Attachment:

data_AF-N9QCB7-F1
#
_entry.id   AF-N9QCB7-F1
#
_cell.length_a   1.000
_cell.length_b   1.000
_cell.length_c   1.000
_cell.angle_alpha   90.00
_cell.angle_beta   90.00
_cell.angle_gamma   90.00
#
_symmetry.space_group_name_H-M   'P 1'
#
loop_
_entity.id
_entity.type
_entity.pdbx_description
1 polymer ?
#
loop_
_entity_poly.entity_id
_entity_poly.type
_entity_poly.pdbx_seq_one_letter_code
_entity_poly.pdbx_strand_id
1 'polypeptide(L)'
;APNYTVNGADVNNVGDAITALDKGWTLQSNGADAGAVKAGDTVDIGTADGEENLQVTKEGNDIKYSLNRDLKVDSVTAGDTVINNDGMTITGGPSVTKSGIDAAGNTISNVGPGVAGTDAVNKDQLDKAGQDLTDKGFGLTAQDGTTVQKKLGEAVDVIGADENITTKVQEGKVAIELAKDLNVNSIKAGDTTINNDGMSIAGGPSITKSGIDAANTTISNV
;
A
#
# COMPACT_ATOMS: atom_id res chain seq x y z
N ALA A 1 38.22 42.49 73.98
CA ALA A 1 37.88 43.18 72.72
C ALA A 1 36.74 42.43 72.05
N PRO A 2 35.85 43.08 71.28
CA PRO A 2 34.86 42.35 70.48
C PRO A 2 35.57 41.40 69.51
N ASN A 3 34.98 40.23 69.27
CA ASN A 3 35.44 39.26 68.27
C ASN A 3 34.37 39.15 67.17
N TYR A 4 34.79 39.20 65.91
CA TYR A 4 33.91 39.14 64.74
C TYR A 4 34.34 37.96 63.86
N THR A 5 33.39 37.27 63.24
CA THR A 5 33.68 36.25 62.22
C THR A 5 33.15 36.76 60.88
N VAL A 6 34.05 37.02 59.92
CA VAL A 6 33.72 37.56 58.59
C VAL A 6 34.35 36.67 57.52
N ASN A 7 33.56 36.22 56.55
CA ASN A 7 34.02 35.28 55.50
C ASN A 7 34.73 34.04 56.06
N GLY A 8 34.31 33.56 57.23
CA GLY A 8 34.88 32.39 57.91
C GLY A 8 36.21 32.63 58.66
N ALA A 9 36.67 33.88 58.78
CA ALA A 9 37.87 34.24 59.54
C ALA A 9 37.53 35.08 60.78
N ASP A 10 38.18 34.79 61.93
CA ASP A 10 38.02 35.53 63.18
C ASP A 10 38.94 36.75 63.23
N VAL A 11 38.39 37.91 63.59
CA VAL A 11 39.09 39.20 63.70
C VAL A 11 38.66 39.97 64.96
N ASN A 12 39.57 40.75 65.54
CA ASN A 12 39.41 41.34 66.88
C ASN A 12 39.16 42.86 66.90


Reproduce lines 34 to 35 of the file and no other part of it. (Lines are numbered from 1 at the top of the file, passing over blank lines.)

N PRO A 2 35.85 43.08 71.28
CA PRO A 2 34.86 42.35 70.48